How Will Wells Fargo Be Affected If The Fed’s Growth Restrictions Remain In Place Over All Of 2019?

by Trefis Team
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Wells Fargo’s efforts to put its sales malpractice issues in the past received a major setback recently, with the Federal Reserve pointing out inadequacies in its plan to resolve internal governance issues. While the U.S. banking giant now expects the growth restrictions to remain in place for around six more months, we believe that the bank may have to contend with the restrictions for much of 2019. Our interactive dashboard captures the impact of the growth restriction on Wells Fargo’s results as well as share value. Notably, if the restriction lasts through the end of 2019, then we estimate the fair value of Wells Fargo’s share price to be around $53 – a figure that is almost 15% lower than our current estimate of $62 for the bank’s shares.

Understanding The Fed’s Enforcement Order, And Wells Fargo’s Progress So Far

The U.S. banking giant has been hard at work trying to set its house in order since September 2016, when it was revealed that its employees fraudulently opened millions of accounts. Since then, internal investigations by the bank unearthed other improper practices by some employees, including making unsuitable mortgage modifications, selling unwanted auto insurance, improperly charging fees for locking in mortgage rates, and adding chargeable add-ons to accounts without the customers’ permission. The extent of malpractices led to an unprecedented enforcement order by the Fed in February prohibiting the bank from growing any larger until it has satisfactorily resolved all its internal governance issues. The Fed’s enforcement action was an attempt to contain the risk to customers from unsound control policies at the bank.

As a part of the order, the Fed expects Wells Fargo to:

  1. Replace three board members
  2. Submit a written plan by April detailing how the bank intends to improve the effectiveness of its board to oversee and govern the bank, and what it aims to do to improve its compliance and operational risk management program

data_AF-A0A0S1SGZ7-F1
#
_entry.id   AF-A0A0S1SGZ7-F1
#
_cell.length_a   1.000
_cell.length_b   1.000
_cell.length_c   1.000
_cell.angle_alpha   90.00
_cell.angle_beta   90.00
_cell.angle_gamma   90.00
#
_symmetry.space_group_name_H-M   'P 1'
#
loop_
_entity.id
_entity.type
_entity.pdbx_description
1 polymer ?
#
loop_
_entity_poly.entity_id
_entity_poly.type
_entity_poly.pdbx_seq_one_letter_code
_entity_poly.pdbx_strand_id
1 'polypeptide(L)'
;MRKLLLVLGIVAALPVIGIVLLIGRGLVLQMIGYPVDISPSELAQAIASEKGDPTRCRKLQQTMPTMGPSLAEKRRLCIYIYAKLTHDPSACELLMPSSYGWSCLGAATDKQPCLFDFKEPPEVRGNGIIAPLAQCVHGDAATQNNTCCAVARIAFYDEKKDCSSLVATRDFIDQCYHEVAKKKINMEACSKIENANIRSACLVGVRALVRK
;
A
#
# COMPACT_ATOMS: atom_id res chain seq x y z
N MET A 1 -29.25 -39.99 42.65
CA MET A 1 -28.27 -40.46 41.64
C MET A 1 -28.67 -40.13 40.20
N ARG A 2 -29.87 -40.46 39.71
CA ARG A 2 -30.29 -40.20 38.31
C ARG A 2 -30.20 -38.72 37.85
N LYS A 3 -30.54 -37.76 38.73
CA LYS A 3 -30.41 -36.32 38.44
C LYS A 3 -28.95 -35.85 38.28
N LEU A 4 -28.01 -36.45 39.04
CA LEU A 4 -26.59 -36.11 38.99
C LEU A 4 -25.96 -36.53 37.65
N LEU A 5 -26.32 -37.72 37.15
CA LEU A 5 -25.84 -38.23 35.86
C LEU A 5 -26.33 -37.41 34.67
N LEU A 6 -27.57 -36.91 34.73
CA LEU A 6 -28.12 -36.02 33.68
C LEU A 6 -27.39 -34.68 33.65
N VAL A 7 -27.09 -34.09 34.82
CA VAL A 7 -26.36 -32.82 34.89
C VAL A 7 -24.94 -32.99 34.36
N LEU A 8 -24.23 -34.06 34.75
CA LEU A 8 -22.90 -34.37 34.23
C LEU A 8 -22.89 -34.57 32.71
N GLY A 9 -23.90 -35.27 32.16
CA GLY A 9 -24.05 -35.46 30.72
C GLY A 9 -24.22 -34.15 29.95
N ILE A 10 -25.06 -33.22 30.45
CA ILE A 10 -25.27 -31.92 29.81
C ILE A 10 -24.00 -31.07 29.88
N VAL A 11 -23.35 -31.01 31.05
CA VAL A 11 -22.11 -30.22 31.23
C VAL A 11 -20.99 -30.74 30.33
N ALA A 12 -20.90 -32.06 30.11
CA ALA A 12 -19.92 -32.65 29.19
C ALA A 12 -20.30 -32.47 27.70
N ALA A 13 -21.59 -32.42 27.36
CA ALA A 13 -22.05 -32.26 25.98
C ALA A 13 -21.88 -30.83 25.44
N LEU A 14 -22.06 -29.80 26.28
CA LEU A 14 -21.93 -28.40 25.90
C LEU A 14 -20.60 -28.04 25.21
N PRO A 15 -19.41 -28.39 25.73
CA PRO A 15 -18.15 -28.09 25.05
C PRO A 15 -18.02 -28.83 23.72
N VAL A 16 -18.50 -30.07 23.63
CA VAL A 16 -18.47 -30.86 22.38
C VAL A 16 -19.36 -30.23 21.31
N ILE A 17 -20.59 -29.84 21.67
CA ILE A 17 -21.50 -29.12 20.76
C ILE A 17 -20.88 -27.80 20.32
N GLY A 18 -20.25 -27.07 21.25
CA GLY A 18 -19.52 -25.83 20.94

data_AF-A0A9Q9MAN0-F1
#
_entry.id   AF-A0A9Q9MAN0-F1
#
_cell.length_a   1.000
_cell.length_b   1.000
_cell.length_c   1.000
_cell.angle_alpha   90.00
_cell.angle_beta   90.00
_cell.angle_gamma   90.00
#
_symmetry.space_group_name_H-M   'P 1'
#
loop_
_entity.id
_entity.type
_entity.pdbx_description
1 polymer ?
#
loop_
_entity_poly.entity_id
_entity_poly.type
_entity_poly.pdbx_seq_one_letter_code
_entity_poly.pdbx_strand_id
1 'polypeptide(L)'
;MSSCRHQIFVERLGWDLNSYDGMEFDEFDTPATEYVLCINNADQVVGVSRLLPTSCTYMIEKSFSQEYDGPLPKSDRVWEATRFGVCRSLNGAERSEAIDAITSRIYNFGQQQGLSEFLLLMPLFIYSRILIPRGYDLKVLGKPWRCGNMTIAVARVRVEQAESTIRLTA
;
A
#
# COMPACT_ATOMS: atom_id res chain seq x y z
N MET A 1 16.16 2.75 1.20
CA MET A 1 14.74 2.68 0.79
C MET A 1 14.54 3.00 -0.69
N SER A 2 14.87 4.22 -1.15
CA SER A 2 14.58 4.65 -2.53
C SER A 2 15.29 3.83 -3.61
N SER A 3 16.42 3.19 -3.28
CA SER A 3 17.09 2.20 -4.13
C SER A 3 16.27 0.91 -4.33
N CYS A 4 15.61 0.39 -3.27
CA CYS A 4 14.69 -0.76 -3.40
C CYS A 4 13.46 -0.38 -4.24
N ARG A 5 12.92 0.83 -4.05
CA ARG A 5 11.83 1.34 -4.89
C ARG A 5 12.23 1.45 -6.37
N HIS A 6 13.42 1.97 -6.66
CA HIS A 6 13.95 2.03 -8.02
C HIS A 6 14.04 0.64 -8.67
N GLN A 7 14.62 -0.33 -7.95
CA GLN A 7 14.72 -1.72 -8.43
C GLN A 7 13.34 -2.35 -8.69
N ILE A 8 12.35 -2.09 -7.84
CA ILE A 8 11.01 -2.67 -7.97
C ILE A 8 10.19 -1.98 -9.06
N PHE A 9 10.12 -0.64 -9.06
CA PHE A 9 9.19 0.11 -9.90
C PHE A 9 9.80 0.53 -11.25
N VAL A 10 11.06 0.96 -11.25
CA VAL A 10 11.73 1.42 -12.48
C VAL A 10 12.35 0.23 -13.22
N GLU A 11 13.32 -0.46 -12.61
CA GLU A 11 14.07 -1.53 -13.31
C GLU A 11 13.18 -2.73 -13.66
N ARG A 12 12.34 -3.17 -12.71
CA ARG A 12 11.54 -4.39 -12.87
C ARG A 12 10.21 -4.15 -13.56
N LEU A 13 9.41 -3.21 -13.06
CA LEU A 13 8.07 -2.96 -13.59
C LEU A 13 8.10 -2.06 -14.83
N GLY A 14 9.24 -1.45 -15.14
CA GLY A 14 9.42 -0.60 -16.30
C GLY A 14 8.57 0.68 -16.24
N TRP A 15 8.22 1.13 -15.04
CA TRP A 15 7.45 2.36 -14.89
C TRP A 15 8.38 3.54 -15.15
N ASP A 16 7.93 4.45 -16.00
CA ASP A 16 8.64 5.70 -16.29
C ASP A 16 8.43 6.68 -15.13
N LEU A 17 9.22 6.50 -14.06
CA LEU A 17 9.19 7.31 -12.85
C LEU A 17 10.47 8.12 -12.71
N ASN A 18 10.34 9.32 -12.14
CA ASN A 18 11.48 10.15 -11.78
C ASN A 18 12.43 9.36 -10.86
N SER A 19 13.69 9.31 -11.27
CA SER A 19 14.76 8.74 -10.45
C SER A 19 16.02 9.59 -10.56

3. Conduct two independent reviews of the efficacy and sustainability of its submitted plans later
  4. Maintain its average quarterly asset balance at $1.95 trillion until it successfully completes implementing these plans and obtains the Fed’s clearance to grow its balance sheet again.

While Wells Fargo submitted its plan to the Fed in April, the Fed clearly remains unsatisfied with the bank’s efforts to improve compliance and risk management despite months of negotiation around this core requirement. Wells Fargo is working on a revised plan on a priority basis, but the new plan will undergo another round of scrutiny by the Fed, following which it will be reviewed independently by third parties. As a result, the growth restriction (#4 in the list above) is likely to remain in place for at least two more quarters.

What’s In Store For Wells Fargo In 2019?

When the Fed first imposed the growth restriction, Wells Fargo estimated the impact of the order on its profits to be $300-$400 million, though it now estimates a $100 million loss due to the delay. We believe that these figures do not fully reflect the financial impact of the restriction on the bank, as it does not account for the loss in business from the hit in customer confidence. Further, Wells Fargo was able to keep its balance sheet in check over 2018 without significantly affecting its results through steps like selling off short-term investment securities and trading assets, and liquidating non-core deposits. That said, these options are now less available to the bank, and we expect that it may have to sacrifice some growth in its core loans-and-deposits business going forward – which would hurt more the longer the restrictions remain in place.

If Wells Fargo’s growth is curtailed for all of 2019, then we expect its net interest margin to be affected the most, as the bank will have to incur a higher interest expense on its deposit base (due to the Fed’s ongoing rate hike process) even as sub-par loan growth and a relatively slower rate of growth in interest yields weigh on the interest income. What remains to be seen is how quickly Wells Fargo can get the Fed to sign off on its revised plan.

Additional details about the impact of the delay on Wells Fargo is available in our interactive dashboard

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